Here is the prototype mask that detects coronavirus infection


Not just a protection: in the future, the masks can also be used to diagnose Sars-Cov-2 infection. The first prototype was developed by researchers from MIT and Harvard

Biosensori, fitness-tracker, smartwatch: the so-called wearable, wearable electronic devices, appear to be the future of medicine and wellness. In addition to monitoring a person’s physical state, however, they could be very useful other: for example, a diagnose a SARS-Cov-2 infection, with the same precision as a molecular swab. The researchers of the Massachussets Institute of Technology and of Harvard, in fact, they made the first prototype of mask able to detect the coronavirus, through biosensors developed with technology Crispr. It is an idea that starts in 2014 with the Zika and Ebola virus epidemic and that seems destined to go well beyond the Covid-19 pandemic. The researchers’ work was published in Nature Biotechnology.

Foto: Wyss Institute at Harvard University

Biosensor, cellless is better

Is called cell-free lyophilized wearable technology, and is the basis of the operation of the biosensor contained in the mask. In particular, it involves the extraction and freeze-drying (the technological process that removes water from an organic substance without however deteriorating it) of molecular machinery thanks to which cells read Dna and Rna and produce proteins. Previously, other research groups had tried to obtain a similar result, but to have an appreciable signal it was always necessary the use of cells. “All previous techniques required the insertion of living cells into the wearable device itself, as if the user were wearing a small aquarium”Says Peter Nguyen, the study’s first co-author. “However, if that aquarium breaks, the engineered cells could leak directly onto the wearer, and no one likes this idea.“. Hence the need to obtain a sensor without cells, freezing the components that are used to recognize biomolecules. The removal of water, in fact, allows the lasting conservation of the biological elements, which can be incorporated into synthetic fibers (such as those that make up the masks) e stored for months. To get them back to work, just add water.

It all started with Zika and Ebola

The prototype was made for Sars-Cov-2, but the idea of ​​the biosensore diagnostico started well before the Covid-19 pandemic. James Collins, senior author in fact, the firm began to develop this technology in 2014, to address the Ebola and Zika virus epidemic. The researchers, in fact, through synthetic biology techniques, had developed a biosensore combined with a colored or fluorescent protein that was capable of detecting specifics molecules deriving from pathogens. All the system applied on paper, in order to have a economical, accurate and portable diagnostic technology. In fact, the diagnosis on paper worked: then the researchers decided to move on to tissues, to make the wearable biosensors. The system has been perfected, and in 2017 the Collins team develops the technology called Sherlock, that detects a molecule of Rna o di Dna with extreme precision using the enzymes of the Crispr / Cas genome editing system. Just as researchers were developing biosensors to be placed on gowns to protect workers exposed to toxins or pathogens, the Covid-19 pandemic affects the whole world. At this point they decide to implement their system on the masks, in order to obtain, similar to what was done with Zika and Ebola, a rapid and reliable diagnostic technique.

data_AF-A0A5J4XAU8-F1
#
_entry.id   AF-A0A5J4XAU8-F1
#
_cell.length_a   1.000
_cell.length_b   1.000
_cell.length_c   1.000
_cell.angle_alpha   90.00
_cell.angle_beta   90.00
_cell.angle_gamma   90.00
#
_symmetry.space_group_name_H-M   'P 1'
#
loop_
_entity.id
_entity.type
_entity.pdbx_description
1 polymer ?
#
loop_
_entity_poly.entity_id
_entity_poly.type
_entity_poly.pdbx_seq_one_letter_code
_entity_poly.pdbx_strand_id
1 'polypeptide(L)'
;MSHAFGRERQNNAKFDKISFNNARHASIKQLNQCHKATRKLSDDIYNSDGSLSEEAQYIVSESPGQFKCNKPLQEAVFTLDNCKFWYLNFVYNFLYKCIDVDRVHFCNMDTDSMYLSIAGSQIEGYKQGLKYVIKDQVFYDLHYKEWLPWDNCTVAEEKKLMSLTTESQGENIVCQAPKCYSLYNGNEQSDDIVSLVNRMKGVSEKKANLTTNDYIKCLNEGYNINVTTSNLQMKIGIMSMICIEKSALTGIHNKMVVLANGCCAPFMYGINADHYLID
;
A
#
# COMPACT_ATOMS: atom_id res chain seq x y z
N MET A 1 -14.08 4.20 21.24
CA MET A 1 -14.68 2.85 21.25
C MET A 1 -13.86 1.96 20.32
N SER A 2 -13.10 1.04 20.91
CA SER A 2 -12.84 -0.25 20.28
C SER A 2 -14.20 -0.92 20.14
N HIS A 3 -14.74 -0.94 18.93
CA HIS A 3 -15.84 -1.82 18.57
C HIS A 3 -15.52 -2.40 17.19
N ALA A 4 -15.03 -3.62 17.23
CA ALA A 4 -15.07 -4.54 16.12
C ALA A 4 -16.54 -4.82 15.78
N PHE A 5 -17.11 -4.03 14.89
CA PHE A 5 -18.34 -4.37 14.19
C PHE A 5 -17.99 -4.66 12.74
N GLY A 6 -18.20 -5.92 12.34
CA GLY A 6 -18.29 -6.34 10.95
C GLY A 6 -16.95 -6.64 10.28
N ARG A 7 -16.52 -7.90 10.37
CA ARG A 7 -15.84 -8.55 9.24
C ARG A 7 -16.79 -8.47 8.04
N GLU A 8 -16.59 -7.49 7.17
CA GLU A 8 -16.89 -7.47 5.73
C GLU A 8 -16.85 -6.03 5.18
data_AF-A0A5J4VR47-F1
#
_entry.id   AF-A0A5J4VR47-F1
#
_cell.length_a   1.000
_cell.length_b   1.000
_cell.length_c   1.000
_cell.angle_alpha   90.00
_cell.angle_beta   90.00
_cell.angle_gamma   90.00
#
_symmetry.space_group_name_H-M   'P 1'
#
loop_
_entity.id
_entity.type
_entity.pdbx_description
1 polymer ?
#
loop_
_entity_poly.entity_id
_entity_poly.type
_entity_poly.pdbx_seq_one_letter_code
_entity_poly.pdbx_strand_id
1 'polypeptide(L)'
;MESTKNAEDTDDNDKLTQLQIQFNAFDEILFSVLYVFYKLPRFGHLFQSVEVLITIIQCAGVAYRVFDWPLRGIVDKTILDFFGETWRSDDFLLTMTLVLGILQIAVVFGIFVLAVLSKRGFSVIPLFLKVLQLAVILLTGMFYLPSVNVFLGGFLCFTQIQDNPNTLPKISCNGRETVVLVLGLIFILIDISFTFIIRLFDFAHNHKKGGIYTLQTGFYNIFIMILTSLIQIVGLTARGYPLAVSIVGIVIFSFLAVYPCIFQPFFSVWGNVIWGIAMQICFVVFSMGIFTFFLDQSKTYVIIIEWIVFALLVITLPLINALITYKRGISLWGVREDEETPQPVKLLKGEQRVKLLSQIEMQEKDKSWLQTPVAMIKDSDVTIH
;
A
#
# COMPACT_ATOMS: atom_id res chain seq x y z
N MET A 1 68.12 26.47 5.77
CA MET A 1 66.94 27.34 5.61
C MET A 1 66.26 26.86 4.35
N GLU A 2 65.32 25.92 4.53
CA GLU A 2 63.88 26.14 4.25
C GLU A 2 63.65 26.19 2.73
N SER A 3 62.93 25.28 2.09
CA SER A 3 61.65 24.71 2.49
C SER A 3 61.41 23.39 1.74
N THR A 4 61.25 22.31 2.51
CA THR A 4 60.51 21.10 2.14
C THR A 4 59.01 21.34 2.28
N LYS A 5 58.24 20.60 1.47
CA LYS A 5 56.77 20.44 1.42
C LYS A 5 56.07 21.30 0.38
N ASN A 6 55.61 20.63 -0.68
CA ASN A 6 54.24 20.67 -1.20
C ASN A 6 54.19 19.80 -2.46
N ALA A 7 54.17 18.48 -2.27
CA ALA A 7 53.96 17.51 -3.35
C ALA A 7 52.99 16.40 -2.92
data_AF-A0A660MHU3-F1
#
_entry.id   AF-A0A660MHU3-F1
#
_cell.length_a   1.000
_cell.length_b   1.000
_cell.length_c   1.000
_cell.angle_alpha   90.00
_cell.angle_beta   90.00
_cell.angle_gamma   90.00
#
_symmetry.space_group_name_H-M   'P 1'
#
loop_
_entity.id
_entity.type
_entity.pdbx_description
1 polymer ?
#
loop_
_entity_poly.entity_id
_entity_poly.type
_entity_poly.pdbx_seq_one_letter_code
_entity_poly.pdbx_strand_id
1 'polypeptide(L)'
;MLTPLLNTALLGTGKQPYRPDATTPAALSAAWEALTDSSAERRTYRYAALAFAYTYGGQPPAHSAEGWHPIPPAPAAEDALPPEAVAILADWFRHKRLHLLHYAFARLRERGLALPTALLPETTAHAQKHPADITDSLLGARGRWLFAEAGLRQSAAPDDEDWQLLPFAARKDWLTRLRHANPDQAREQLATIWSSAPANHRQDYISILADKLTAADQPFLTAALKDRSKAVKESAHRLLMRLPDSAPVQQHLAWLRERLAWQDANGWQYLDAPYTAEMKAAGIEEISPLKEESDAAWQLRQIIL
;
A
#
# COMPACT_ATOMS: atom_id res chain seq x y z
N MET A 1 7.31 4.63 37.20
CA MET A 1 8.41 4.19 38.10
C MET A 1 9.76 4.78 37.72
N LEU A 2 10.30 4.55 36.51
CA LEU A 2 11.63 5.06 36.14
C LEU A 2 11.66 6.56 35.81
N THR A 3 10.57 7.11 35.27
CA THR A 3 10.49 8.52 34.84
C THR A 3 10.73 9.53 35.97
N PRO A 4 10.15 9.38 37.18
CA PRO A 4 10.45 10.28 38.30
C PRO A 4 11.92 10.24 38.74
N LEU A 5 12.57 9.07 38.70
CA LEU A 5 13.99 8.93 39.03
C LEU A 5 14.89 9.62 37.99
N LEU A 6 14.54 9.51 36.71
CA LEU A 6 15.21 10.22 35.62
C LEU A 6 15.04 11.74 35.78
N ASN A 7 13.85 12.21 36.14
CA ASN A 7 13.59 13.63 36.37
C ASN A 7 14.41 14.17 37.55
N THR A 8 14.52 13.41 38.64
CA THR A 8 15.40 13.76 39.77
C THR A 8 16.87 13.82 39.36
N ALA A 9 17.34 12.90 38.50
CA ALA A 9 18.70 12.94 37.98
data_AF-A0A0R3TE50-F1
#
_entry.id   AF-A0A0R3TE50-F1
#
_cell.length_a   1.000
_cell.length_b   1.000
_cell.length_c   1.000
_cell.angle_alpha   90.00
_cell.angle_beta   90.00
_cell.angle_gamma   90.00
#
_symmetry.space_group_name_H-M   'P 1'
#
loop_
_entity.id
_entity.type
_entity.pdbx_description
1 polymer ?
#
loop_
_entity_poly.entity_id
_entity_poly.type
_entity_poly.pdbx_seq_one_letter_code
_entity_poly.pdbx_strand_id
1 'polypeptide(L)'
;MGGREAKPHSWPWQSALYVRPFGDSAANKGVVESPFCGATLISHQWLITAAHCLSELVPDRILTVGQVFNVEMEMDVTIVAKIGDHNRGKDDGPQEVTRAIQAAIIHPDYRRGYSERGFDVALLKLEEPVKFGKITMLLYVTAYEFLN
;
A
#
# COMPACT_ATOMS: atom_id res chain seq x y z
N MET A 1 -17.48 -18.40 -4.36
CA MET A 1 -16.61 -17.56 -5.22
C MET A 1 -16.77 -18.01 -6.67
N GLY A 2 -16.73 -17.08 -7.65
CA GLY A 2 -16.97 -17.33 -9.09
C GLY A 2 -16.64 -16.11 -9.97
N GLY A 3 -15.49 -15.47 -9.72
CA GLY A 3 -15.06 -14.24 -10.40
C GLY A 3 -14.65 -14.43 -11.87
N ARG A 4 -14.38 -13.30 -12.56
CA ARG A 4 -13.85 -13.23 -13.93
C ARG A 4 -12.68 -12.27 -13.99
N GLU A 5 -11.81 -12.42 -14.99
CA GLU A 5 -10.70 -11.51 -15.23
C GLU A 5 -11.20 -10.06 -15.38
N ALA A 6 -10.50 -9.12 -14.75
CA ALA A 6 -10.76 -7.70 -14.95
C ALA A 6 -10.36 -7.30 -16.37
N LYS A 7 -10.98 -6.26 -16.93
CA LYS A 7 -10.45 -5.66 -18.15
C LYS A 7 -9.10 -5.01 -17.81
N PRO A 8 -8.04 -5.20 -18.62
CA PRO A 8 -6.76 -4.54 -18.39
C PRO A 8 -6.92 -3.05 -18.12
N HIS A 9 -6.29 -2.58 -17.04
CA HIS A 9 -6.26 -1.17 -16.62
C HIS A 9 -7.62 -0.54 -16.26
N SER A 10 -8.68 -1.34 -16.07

How the diagnostic template works

The prototype looks like an Ffp2 bezel, but that’s his inside hides the biosensor, incorporated into the fibers of the fabric itself. When the mask is worn, the molecular machinery is inactive, but that’s enough press a button for one to be released small amount of water that makes it working. At this point the biological system can analyze the genetic material contained in the droplets of the person wearing the device: if the genes that code for the proteina Spike of Sars-Cov-2, these will be recognized by Sherlock technology enzymes, which in turn will activate the detector protein. The final results (visible inside the mask to preserve the privacy of those who undergo the diagnostic procedure) will be similar to that of a pregnancy test: if the detector portion becomes colored, it means the mask has come into contact with Sars-Cov-2. The result is obtained in about 90 minutes and, as the study authors point out, it appears to be extremely reliable, like a molecular test. “We have essentially reduced an entire diagnostic lab into a small sensor that works with any mask and combines the high accuracy of molecular testing with the speed and low cost of antigen testing.“Says Nguyen. Now researchers think of patent the technology without cells and to find partners to produce the masks commercially, but the use of biosensors will not stop with Covid-19. The researcher concludes: “In addition to masks, our biosensors can be integrated into other clothing to detect exposure to hazardous substances including viruses, bacteria, toxins and chemicals“.


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